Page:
ALBUQUERQUE, N.M. – The FBI is warning businesses and the public about an increase in cyberattacks in New Mexico.
At the Associated Contractors of New Mexico’s annual state convention at Sandia Resort and Casino Saturday, the FBI gave members a presentation on cybersecurity and how to prevent cyberattacks.
“I didn’t realize just how easy it really is, the things that we take for granted, pulling out your phone opening up a Wi-Fi network in a place that you’re not familiar with. They’re right there, they’re there to grab you, they’re there to take what they can take,” said Jim Garcia with the Associated Contractors of New Mexico.
Garcia says he invited the FBI to present at their convention– to raise awareness about the risk.
“I think what we need to think about is preventative intervention, what are the firewalls that we’re putting in place? How are we doing the back-ups even at our office, we were able to put a back up on site and then a back-up into the cloud, and then we have checks and balances on that,” said Garcia.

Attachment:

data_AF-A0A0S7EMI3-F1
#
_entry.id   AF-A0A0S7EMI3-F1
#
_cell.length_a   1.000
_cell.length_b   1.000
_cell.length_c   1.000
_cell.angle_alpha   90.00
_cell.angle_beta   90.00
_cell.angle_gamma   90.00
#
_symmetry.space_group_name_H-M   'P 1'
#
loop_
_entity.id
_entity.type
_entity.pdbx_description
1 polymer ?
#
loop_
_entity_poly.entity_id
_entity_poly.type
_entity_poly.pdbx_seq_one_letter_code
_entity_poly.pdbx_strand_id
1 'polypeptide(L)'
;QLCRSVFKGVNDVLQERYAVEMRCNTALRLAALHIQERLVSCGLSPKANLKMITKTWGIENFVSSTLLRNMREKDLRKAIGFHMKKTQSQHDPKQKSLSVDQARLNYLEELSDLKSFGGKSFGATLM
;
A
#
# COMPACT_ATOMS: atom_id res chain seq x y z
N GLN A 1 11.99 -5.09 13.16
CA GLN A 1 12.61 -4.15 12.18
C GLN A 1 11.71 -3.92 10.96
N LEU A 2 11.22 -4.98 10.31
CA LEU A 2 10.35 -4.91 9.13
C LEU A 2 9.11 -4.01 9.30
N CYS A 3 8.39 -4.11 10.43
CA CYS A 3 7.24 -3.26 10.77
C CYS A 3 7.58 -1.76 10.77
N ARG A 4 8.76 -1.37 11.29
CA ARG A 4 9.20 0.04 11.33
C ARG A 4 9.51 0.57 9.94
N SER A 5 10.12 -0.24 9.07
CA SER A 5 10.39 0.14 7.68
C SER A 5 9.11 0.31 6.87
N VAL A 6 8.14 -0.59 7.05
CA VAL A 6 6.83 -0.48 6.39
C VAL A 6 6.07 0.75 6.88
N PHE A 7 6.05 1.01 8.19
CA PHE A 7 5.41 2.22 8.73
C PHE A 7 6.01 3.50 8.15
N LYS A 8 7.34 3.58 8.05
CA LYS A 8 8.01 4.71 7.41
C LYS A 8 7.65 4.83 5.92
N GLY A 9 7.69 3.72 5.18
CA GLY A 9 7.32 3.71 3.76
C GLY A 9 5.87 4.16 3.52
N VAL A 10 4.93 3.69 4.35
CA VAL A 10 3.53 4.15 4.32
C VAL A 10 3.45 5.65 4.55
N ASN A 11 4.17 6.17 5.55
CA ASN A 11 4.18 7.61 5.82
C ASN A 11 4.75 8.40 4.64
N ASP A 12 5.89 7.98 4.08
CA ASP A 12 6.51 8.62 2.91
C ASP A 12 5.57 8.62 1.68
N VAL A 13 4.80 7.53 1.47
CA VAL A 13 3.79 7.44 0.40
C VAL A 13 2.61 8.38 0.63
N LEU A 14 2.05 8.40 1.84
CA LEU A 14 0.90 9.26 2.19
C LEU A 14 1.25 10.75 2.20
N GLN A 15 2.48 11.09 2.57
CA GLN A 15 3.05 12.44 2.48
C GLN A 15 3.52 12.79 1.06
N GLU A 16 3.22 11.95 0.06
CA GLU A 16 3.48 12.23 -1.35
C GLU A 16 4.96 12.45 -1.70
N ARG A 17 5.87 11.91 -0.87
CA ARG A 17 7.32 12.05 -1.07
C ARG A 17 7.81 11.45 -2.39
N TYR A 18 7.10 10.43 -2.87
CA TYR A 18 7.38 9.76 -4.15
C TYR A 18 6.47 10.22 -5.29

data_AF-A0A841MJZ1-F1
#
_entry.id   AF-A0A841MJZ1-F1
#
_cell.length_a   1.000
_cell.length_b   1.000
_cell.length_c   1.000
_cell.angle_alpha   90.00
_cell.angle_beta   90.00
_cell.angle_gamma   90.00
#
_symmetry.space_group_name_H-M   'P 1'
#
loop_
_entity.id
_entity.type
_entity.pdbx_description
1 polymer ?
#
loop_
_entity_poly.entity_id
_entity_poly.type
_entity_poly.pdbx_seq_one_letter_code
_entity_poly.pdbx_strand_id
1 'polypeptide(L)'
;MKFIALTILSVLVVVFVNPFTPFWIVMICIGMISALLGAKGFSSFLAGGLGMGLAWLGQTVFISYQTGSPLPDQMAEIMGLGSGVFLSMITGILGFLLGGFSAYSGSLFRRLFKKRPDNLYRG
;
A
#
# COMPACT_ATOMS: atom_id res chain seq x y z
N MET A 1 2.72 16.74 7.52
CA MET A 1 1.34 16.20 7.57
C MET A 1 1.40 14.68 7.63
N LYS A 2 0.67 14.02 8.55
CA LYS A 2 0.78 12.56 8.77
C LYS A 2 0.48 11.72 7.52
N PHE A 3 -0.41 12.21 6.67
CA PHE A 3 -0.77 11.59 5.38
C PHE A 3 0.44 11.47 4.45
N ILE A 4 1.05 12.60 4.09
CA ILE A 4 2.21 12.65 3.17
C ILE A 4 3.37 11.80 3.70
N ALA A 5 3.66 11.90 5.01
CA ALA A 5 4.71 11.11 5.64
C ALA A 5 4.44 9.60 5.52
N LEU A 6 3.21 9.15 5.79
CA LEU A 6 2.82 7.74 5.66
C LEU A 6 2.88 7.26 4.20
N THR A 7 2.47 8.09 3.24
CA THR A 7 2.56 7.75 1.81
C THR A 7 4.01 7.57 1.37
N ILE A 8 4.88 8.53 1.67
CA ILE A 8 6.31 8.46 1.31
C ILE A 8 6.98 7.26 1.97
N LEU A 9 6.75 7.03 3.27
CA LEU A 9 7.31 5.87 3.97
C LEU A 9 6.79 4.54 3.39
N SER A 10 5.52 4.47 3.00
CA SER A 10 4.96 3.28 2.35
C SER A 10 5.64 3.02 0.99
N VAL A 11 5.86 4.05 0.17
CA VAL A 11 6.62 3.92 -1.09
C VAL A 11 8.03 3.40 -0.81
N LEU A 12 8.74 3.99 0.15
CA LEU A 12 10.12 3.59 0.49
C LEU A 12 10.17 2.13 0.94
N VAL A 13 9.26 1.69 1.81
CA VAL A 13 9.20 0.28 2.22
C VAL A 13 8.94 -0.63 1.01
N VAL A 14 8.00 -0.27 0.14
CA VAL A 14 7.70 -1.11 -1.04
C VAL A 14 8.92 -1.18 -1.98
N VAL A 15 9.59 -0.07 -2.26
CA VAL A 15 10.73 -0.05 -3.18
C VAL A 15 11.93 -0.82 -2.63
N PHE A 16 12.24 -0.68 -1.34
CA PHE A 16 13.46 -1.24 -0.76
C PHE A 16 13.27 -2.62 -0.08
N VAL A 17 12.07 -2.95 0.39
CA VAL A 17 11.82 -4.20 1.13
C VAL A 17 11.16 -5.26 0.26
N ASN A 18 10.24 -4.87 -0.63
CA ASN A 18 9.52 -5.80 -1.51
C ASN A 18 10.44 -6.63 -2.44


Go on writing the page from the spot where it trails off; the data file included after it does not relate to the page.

According to the FBI, there were 19 ransomware attacks reported in New Mexico last year, up from just 10 the year before. But the number is likely much higher.
Nationally, the number of ransomware reports increased 82% between 2019 and 2021.
FBI Special Agent in Charge Raul Bujanda says it’s a constant risk.
“It’s these threat actors trying to make a dollar and they’re going to do it every single day whether it’s a small business, a large corporation or an individual, because their end result is just to make some money, and unfortunately at the risk and on the detriment of individuals,” said Bujanda.
In January, a ransomware attack crippled Bernalillo County’s computer systems, forcing offices to close.
That same month, Albuquerque Public Schools had to close for two days after the district was also hit by a ransomware attack.
Examples of why the FBI says we all need to be aware.
“Our message here today is once you think you have been attacked or have a possibility you’ve got a call us 1-800-call-FBI, tips.fbi.gov, the sooner that you reach out the sooner that we can get your system back online,” Bujanda said.